The latter scenario was all too real a possibility for him to ignore. He had been the chief architect of the Confederacy’s recent failed plan to salvage from Federation space a wormhole-propulsion starship that hailed from an alternate universe. That botched mission had squandered billions of sakto, not to mention many lives and several years of research and development. The operation had imploded just shy of success, making its collapse a bitter pill for Tran to swallow. He had been certain the new domo, Pran, would have him killed as an example to others.
Instead, Pran had allowed Tran to retain his post as the director of the Special Research Division, and he had even authorized a substantial budget for Tran’s project to seek out a passage to the alternate universe. Tran had proposed the project to Pran as a means of salvaging some value from their lost investment in the recovery of the wormhole ship, which he was certain had originated in a close parallel dimension, a nearby quantum reality much like the one they inhabited. Although there were decades of theoretical research supporting parallel universes, many Breen scientists continued to scoff at the notion such realms could possibly exist in anything resembling stable configurations.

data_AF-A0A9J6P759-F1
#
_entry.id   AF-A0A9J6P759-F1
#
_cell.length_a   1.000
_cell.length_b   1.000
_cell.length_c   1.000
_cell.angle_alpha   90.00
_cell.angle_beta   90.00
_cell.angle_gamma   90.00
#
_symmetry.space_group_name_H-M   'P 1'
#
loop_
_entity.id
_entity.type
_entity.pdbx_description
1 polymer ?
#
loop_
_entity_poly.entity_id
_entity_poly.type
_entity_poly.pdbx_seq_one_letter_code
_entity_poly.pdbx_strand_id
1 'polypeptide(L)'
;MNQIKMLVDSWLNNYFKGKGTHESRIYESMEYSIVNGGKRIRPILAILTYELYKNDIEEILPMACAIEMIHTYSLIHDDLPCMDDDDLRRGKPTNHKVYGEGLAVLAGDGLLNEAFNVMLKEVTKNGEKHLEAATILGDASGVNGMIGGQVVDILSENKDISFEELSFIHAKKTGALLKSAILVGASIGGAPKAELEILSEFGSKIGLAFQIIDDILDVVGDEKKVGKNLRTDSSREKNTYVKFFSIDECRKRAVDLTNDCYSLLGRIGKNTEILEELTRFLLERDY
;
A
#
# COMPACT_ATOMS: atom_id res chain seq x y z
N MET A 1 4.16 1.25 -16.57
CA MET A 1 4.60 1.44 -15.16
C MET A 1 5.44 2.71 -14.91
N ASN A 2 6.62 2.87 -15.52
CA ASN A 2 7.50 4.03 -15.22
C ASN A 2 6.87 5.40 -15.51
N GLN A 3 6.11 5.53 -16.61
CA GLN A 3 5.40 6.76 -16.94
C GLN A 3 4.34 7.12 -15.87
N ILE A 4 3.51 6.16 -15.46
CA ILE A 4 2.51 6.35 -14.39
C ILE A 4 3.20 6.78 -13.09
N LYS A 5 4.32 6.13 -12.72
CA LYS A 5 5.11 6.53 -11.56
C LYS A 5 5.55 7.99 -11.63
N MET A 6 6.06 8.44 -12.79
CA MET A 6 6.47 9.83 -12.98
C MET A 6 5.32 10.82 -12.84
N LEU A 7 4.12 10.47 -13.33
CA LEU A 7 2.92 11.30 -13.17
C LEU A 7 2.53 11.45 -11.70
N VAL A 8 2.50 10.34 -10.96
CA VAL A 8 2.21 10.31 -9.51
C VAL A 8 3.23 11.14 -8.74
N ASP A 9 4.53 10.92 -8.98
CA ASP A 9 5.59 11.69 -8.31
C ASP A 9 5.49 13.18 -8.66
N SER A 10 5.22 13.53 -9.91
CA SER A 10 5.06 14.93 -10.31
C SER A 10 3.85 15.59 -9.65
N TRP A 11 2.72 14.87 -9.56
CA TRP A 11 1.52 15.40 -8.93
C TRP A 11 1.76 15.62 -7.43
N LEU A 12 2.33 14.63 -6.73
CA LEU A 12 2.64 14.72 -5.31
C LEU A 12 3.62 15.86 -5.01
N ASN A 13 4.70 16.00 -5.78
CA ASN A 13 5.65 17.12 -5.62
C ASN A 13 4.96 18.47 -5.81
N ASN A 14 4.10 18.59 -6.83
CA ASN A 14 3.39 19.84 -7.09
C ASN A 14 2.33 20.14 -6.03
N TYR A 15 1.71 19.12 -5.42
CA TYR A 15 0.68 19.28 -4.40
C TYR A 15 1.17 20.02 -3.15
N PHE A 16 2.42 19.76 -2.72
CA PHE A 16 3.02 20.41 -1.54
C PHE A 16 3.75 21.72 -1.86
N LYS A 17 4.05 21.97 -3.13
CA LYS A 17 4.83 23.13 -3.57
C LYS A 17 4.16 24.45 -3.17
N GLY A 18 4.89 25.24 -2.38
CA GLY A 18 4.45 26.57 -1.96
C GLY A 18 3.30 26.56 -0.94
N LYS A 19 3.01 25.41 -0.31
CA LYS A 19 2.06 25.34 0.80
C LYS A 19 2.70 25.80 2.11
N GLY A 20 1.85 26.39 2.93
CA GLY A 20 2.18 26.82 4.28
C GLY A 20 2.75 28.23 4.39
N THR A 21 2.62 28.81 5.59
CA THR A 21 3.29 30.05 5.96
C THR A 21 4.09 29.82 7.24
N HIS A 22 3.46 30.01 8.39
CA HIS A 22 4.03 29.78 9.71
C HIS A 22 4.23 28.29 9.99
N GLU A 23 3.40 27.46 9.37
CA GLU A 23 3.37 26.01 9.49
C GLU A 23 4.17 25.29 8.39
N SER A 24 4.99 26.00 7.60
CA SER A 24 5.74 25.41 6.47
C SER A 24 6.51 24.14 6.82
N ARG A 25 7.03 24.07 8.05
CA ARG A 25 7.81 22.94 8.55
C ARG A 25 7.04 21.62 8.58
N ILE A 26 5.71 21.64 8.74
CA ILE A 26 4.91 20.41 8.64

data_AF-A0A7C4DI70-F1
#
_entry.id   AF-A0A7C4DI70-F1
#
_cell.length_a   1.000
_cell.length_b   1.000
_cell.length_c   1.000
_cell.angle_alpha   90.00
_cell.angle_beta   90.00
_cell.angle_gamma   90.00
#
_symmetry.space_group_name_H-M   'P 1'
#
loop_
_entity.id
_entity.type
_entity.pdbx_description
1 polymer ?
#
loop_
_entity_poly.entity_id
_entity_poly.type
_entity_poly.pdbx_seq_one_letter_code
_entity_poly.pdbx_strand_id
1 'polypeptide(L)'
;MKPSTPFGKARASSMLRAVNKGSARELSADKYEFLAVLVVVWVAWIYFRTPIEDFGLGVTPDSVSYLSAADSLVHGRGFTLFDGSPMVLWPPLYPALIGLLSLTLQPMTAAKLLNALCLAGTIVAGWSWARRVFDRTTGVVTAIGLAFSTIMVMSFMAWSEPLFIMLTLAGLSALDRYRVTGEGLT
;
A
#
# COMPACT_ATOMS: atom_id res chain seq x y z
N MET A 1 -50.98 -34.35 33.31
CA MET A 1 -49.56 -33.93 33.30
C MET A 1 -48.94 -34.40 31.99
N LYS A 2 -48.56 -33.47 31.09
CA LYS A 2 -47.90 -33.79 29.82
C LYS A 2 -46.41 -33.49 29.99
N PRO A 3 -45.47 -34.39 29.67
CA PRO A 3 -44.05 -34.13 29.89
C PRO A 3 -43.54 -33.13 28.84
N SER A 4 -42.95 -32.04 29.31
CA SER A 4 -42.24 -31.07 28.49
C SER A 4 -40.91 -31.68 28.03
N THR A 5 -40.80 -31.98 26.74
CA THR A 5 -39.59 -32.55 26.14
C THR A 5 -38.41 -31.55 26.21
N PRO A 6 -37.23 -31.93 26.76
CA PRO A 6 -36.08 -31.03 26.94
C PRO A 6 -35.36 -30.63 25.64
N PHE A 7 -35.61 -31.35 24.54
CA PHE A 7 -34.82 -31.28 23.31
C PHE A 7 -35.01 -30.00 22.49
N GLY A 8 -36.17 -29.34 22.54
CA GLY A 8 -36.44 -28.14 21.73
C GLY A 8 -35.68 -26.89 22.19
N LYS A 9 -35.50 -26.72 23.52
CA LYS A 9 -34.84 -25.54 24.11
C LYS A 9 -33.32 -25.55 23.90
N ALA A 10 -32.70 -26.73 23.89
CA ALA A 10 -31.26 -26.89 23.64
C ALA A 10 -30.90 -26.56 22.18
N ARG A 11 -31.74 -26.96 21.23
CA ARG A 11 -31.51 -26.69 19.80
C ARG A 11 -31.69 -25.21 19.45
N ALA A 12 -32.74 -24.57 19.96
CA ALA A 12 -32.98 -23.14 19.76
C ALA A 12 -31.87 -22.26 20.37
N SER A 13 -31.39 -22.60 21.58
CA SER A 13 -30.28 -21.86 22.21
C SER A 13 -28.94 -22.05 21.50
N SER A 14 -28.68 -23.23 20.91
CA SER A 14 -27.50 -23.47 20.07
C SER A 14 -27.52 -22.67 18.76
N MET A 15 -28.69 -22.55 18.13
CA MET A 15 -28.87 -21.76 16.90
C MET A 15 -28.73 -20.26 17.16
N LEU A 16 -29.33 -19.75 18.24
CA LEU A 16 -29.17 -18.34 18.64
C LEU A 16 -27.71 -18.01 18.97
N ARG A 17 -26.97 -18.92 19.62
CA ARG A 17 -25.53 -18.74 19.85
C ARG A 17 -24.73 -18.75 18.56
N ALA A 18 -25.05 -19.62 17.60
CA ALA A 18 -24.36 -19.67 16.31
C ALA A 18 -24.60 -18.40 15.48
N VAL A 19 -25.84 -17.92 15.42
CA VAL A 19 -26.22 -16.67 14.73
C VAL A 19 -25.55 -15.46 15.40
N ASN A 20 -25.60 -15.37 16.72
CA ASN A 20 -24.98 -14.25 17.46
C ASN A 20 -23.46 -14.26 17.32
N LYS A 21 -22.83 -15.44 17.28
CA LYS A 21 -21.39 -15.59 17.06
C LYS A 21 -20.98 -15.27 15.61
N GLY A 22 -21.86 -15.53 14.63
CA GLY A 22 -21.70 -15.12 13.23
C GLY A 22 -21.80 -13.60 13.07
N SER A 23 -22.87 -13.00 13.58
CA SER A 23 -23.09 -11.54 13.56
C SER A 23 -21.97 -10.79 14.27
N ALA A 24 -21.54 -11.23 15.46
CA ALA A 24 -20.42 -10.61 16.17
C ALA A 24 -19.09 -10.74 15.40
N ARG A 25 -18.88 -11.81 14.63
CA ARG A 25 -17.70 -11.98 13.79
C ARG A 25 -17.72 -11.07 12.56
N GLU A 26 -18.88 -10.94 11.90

Tran was gambling his last measure of credibility on proving them wrong.
To do it, he needed the artificial wormhole generator developed by the Tzenkethi. It had not lived up to their expectations when it was first deployed a few years earlier. It had depended upon the existing subspatial geometry of the Bajoran wormhole to give it shape, and it had proved disastrously vulnerable to sabotage and attack. Regardless, it had constituted a major scientific breakthrough—one that Tran now intended to exploit to its fullest advantage.
He switched the master console’s main display to an exterior view focused on the generator’s projection zone. “Initiate phase shift. Start at point zero three and increase slowly.”